Growing up, I didn’t know what was wrong with my mother. I was 25, maybe 26, when I learned she had a lobotomy. I am still trying to make sense of it.
My mother had two brain tumors. The first one, in July 1945, was operated on in Oklahoma City and she survived, her bright mind intact. The second one, in November 1953, occurred when she was pregnant with me. Shortly after I was born, my mother flew from San Diego, where we lived, to Oklahoma City. This time there was trouble during surgery, and to staunch the trouble they took both her frontal lobes.
I never knew my mother when she was well, but I do know that after the lobotomy, she was never the same. She developed grand mal epilepsy. She could not taste or smell. She drank like a fish and cursed like a sailor. Her short-term memory was shot, her vocabulary frozen in the 1950s. She had what we now call “poor impulse control,” meaning she said and did whatever sailed into her head.
This might involve any number of wild and alarming stunts. Sneaking the keys to our station wagon and going on a joy ride. Sleeping with military guys she met in the bars on Shelter Island. Running up my father’s credit cards. Frying up hamburgers for my brothers and me at 5:30 in the morning because she thought it was dinnertime. Chasing my brothers around the house with a baseball bat.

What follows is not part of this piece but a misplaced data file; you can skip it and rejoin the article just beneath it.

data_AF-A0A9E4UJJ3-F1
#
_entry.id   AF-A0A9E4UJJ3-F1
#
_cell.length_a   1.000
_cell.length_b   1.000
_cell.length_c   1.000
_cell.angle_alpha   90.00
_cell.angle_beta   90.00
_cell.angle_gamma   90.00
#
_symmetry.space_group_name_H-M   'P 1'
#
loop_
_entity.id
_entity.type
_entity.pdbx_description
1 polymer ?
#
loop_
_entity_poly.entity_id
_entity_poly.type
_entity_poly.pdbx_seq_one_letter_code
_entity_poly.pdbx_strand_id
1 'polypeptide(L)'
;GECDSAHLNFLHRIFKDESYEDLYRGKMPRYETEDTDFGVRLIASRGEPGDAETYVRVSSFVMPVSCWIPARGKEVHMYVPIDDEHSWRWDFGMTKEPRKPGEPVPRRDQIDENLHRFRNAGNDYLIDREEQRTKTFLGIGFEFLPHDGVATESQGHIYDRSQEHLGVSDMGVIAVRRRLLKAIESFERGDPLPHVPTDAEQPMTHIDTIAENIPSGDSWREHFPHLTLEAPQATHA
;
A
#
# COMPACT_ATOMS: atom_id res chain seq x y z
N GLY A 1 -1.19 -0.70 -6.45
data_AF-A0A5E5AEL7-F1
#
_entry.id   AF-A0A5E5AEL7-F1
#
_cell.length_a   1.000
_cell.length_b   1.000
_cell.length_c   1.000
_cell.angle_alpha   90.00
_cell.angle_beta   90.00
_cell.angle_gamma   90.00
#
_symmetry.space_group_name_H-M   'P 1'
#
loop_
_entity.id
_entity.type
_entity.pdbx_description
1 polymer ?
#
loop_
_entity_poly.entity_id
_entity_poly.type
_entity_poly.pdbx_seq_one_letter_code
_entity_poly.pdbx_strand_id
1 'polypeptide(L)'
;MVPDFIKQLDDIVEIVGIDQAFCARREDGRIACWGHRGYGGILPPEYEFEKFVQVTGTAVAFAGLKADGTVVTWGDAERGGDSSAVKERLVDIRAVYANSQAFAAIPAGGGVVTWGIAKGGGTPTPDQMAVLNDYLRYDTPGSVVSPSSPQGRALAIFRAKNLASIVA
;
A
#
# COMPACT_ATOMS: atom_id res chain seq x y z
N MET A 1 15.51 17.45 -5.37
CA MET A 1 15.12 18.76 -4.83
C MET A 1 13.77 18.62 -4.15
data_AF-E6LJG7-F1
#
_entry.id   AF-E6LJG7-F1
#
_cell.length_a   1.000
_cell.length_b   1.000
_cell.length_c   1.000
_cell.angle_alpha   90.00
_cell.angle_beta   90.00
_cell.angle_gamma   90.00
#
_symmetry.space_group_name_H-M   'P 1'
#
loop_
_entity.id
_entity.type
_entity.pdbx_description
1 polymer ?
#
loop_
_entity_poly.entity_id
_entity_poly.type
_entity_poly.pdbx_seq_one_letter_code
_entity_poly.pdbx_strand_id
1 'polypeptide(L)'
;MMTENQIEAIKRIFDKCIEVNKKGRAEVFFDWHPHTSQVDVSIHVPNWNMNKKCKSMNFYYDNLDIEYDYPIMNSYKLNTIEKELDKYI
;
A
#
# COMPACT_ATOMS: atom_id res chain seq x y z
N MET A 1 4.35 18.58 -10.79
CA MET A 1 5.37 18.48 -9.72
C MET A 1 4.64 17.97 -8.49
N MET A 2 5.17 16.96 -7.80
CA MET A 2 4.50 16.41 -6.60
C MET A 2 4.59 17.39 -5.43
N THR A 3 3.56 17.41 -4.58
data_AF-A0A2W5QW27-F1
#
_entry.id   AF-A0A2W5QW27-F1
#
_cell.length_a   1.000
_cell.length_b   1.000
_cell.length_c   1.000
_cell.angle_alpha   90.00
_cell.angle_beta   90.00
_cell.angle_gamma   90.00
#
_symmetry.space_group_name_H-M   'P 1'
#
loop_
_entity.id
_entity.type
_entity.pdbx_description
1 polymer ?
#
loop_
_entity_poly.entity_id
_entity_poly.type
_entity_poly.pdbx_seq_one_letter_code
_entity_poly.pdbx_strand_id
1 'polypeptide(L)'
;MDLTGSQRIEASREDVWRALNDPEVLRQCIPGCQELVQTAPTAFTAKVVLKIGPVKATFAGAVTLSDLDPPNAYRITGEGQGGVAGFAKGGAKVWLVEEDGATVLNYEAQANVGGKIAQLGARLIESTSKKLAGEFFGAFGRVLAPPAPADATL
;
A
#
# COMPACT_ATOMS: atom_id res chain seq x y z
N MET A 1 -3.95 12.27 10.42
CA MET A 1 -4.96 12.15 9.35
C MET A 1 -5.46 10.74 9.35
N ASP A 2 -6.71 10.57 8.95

What my mother really suffered, though, was the brutal loss of her self. But it’s taken me decades to understand that, and to excavate who exactly it was that was lost.
When my mother’s cataclysmic surgery took place, she was 33, a wife and mother of four children under age 9. I don’t remember ever hearing a reason for mom’s illness; my brothers never shared with me their recollections of her in earlier years. My father was a respected doctor, with patients ranging from sportswriters to football players. But he never told me what happened to her or alluded to her brain surgeries. We just didn’t talk about my mother.